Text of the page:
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SC takes stern view of people being hauled under invalidated IT Act section


New Delhi: The Supreme Court on Monday took strong exception to and expressed shock over the people being arrested and prosecuted under Section 66A of the Information Technology Act -- which was junked as unconstitutional by the top court way back in 2015 -- as it sought Centre's response on a PIL by the NGO PUCL.

Describing as "shocking" that people were being prosecuted under a provision that was invalidated by the top court, the bench of Justice Rohinton Fali Nariman and Justice Vineet Saran said: "We are going to take a strict action against the officials and arrest them."

Seeking a response from the Centre in four weeks, the court gave a week's time to NGO People's Union for Civil Liberties (PUCL) to file its rejoinder to the Centre's response.

Contending that after a provision of law is declared unconstitutional, it is rendered void ab initio either wholly or in part, PUCL has asserted that Section 66A, after being declared unconstitutional, ceased to exist from the date of its insertion into the IT Act - October 27, 2009.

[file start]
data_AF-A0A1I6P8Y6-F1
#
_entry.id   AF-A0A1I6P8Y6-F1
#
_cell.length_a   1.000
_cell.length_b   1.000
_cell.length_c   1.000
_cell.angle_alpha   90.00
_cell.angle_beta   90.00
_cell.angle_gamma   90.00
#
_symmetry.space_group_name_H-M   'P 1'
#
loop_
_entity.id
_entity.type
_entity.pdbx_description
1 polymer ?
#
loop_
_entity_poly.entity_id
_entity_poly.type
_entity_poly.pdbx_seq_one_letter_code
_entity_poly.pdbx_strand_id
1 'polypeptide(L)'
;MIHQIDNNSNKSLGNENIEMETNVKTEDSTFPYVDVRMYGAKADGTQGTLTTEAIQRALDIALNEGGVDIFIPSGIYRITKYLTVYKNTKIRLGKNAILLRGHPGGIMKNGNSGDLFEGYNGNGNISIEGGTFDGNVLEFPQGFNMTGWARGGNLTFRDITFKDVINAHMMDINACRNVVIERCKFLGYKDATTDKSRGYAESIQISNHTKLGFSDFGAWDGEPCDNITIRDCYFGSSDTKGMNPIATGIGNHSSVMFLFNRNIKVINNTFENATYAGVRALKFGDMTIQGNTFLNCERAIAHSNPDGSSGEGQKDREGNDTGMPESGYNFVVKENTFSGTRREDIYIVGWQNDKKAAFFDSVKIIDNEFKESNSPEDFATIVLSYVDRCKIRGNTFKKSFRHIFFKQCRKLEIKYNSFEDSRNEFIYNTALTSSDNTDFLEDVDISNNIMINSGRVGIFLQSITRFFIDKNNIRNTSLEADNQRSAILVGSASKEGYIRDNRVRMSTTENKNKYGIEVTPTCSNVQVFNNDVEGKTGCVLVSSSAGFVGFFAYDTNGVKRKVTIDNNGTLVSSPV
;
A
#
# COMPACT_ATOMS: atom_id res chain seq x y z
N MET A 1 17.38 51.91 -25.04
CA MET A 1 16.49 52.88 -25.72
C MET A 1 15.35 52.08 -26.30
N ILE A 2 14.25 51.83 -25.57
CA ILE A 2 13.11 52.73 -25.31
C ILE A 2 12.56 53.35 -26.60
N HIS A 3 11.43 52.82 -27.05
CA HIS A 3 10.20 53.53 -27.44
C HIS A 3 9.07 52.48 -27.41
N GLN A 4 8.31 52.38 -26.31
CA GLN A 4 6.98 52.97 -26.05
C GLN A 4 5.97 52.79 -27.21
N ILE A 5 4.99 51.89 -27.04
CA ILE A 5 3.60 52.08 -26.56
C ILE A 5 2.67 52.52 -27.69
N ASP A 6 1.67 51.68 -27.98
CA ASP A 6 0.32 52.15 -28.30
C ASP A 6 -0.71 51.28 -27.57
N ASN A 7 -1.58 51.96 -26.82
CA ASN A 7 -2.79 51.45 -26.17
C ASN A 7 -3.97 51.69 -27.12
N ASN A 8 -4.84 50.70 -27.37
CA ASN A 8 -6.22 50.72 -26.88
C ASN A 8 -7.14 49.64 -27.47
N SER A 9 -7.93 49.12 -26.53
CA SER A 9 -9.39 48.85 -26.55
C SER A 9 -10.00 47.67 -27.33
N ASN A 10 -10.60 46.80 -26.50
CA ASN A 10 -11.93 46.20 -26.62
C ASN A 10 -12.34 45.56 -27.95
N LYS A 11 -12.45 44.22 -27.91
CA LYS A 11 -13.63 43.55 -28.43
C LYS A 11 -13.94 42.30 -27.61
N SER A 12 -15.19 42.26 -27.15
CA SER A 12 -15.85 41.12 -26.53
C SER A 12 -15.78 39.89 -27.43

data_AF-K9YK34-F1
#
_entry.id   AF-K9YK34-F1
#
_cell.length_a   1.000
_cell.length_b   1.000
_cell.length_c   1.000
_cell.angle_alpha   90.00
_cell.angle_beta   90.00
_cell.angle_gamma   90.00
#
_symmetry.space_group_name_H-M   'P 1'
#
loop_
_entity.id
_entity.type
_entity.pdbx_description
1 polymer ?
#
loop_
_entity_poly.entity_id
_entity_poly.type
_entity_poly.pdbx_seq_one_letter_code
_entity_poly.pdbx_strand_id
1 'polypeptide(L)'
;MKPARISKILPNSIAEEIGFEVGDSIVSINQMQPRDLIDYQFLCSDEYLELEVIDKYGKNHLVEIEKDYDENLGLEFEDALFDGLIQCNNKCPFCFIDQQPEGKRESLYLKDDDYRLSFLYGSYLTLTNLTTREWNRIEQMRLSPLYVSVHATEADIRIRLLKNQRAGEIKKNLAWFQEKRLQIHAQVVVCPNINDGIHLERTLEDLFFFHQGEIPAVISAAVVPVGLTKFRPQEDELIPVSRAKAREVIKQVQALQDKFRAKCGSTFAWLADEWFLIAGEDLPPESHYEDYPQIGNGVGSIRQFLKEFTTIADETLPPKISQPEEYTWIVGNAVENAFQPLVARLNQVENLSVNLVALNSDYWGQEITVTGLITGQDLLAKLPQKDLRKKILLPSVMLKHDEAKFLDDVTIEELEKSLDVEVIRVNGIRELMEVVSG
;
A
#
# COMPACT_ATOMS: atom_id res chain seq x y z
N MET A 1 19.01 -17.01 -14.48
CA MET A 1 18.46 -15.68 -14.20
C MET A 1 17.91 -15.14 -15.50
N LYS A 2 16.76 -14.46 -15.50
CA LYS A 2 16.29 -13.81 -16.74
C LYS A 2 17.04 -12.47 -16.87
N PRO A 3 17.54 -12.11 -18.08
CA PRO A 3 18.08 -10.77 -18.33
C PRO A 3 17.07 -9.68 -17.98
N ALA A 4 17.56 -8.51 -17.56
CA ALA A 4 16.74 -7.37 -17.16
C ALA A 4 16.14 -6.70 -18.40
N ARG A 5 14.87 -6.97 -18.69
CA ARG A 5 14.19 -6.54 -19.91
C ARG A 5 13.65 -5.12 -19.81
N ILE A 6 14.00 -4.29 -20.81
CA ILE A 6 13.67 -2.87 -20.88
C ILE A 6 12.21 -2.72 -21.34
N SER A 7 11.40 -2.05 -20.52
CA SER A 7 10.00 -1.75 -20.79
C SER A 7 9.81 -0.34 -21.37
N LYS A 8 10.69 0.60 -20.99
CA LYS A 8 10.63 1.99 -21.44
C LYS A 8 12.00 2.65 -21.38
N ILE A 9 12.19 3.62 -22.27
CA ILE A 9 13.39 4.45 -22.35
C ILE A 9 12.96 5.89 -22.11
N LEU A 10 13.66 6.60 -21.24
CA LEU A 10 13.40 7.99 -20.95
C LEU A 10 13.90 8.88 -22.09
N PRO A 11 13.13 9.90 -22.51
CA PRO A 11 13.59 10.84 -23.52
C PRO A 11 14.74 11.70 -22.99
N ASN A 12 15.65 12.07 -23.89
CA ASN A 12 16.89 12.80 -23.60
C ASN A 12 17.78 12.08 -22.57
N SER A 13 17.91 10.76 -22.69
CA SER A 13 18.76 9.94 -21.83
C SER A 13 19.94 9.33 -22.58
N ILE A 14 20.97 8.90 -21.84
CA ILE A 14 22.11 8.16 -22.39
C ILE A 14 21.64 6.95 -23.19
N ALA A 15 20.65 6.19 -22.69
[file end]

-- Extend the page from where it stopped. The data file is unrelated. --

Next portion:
It further said that March 24, 2015, top court verdict "rendered all investigations, prosecutions, and convictions based on Section 66A IT Act illegal, and it also forestalled any use of Section 66A IT Act".

The Supreme Court had on March 24, 2015 quashed Section 66A of the Information Technology Act, 2000, holding that it was violative of Article 19(1)(a) of the Constitution guaranteeing freedom of speech and expression.

The court had said that "it is clear that Section 66A arbitrarily, excessively and disproportionately invades the right of free speech and upsets the balance between such right and the reasonable restrictions that may be imposed on such rights".

"The Preamble of the Constitution of India inter alia speaks of liberty of thought, expression, belief, faith and worship. It also says that India is a sovereign democratic republic. It cannot be over-emphasized that when it comes to democracy, liberty of thought and expression is a cardinal value that is of paramount significance under our constitutional scheme," Justice Nariman had said pronouncing the judgment.

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